Travelling around the world for three months a year, it is no coincidence that an important part of Vitobello’s expansion lies in the fairly distant market of South America where Vitobello Ricambi has set up an extensive network of distributors in Chile, Equador, Colombia, Venezuela, Brazil and Argentina. After a stow start which required a considerable amount of effort, South America is now one of the company’s main markets – and Spanish and Portuguese speaker Luca Vitobetlo is confident that there is further growth to come. As a result, he visits Latin America three times a year.
“In the early days, the problem was finding professionals with knowledge of remanufarturing,” he explains. “But as the markets begin to realise the value of remanufactured products and the fact that the price of such products is very good, this is no longer a problem.”
Remanufacturing more important
“I go there not so much in order to sell our products,” he adds, “but to stay with customers to assist them and educate them. It takes time, but we’re getting there and I believe that remanufacturing is becoming more important in some of these countries where it has been slow to take off.”
Likewise, Vitobello agrees that the East European markets represent a growth area and that part of the company’s further development will take place here. Once again, however, Vitobelli Ricambi is building for the long-term accepting that this, too, is going to take time. “But we’ve made a start and I’m sure we’ll get there. Don’t forget that years ago, the Italian, German and Spanish markets were the same. As the East European countries become more prosperous, there will be a greater need for remanufacturing.” During Lucca Vitobello’s frequent absences, the business back in Longiano is in the capable hands of Alixia Vitobello, his wife and business partner, who has become a well-known face at the many international trade fairs where the company exhibits, including Automechanika in Buenos Aires, Automechanika in the Middle East, MIMS in Moscow and the ReMaTec shows in Amsterdam.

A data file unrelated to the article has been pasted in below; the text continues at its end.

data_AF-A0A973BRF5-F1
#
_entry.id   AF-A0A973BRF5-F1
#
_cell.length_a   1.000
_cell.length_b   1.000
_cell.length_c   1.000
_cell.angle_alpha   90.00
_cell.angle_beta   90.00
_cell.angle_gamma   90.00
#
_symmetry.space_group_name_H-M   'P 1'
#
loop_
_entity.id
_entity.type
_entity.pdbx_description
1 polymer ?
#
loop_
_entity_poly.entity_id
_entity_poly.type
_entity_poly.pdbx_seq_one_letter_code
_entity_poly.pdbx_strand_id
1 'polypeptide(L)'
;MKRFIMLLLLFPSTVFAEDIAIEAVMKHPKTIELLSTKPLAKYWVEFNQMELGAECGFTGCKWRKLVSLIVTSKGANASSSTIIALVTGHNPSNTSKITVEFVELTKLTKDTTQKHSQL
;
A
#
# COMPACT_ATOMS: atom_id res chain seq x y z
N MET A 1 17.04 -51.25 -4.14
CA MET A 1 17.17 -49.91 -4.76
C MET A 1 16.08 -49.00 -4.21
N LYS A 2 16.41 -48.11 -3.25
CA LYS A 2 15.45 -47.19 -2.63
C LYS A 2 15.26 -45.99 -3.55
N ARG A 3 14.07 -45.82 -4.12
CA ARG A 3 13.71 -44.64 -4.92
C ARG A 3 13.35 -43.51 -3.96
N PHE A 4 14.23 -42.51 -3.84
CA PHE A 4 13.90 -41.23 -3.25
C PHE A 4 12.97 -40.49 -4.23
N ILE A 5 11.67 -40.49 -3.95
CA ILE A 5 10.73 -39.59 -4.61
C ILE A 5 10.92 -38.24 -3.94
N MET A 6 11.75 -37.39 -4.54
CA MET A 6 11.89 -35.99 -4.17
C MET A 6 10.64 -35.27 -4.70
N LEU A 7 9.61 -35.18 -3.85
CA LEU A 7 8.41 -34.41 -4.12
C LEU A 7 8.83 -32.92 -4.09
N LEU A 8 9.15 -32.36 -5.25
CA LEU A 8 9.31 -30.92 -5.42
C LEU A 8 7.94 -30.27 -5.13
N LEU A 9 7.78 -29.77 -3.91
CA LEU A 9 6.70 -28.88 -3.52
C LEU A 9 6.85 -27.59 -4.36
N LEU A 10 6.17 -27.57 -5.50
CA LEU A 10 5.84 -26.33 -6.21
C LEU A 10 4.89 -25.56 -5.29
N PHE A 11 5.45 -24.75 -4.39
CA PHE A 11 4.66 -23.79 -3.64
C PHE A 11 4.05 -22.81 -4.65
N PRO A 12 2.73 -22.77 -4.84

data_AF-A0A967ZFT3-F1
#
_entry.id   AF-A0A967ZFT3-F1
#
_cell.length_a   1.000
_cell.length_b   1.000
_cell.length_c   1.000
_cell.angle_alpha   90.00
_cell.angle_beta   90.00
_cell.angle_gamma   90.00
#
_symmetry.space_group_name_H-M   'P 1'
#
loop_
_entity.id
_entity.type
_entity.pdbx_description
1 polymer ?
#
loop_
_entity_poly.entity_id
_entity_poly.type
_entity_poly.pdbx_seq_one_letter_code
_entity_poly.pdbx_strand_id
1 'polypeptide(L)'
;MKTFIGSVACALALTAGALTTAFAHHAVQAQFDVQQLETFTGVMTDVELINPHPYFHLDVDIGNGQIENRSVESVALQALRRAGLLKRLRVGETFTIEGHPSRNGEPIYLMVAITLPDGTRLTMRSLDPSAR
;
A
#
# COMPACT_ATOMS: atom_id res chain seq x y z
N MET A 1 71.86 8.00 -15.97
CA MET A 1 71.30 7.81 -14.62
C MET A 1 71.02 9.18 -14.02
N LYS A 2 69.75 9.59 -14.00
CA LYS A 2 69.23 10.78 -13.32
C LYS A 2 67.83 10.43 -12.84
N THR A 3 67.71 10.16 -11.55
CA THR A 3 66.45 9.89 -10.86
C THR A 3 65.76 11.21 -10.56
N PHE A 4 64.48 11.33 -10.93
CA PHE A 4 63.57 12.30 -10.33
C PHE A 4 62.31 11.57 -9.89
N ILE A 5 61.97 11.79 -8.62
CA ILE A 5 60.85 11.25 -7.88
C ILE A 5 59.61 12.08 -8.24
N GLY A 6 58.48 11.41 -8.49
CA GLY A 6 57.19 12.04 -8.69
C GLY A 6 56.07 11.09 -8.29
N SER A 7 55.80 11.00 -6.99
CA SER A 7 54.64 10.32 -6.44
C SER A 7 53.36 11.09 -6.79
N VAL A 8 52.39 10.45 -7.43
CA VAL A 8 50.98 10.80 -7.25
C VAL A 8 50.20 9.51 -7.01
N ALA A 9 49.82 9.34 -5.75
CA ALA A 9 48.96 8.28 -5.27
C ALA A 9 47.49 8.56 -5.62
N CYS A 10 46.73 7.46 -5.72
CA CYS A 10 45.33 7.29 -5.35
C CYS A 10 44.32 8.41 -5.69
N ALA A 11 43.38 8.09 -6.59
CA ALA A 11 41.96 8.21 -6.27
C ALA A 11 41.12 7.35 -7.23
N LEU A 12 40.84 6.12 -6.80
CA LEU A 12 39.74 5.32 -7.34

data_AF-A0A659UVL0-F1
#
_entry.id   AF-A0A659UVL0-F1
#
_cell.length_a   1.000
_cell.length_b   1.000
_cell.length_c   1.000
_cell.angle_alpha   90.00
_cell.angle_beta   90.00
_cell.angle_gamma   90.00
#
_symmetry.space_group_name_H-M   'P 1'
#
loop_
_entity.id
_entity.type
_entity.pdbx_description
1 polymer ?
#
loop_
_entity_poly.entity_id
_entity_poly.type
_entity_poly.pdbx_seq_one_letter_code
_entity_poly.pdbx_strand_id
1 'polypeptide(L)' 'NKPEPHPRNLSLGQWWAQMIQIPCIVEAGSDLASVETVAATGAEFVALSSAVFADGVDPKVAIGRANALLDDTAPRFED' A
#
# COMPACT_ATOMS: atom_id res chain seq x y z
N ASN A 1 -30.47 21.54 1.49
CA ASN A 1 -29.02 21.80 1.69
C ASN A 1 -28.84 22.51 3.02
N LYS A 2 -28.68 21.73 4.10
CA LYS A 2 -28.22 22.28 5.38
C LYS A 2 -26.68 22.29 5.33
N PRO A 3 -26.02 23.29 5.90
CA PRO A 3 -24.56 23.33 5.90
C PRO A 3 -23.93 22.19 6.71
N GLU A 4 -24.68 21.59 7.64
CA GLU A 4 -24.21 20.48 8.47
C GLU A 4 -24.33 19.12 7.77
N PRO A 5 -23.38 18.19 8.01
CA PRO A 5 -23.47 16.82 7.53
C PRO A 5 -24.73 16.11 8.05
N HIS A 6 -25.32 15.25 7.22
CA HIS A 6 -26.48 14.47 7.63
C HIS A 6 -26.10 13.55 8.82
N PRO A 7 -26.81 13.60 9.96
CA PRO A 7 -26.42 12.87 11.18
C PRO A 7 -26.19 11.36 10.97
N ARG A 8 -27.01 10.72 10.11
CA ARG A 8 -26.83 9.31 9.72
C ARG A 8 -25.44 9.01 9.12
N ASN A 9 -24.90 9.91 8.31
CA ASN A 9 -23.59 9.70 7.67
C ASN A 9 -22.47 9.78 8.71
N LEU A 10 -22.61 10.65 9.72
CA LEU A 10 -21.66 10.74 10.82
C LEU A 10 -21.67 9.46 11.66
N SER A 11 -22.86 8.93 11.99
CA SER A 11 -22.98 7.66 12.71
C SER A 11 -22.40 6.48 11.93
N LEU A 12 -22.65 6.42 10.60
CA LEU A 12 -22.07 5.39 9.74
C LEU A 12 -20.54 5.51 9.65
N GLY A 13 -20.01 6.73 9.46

Having worked alongside her husband, being an outsider – and a woman – in a male onented industry is no longer an issue for Alixia Vitobello.
“I think the customers know what I can do and are happy with it,” she says. And as for the future? “We would like to grow the company further and make it even better than it is now. Here in Italy, with its 800 rebuilding shops, the outlook for remanufactunng is good. People are becoming more professional all the time and quality is constantly improving.”
“My mission is our customers’ satisfaction,” Lucca Vitobello likes to say. Strongly confident of further growth – so far averaging 20 per cent per year – he prides himself on focused analysis and providing efficient and innovative solutions to his customers’ requirements. In striving for innovation and constantly updated knowledge of the markets, however, Vitobello has not lost sight of the fundamentals at the root of his business:
– expert knowledge of the cores,
– a highly qualified and loyal staff,
– expansion outside Italy.
“Knowing your cores is so important,” he says. “I learn something every day. This is not a business where your work is ever finished.”
Article originally appeared in Rematec News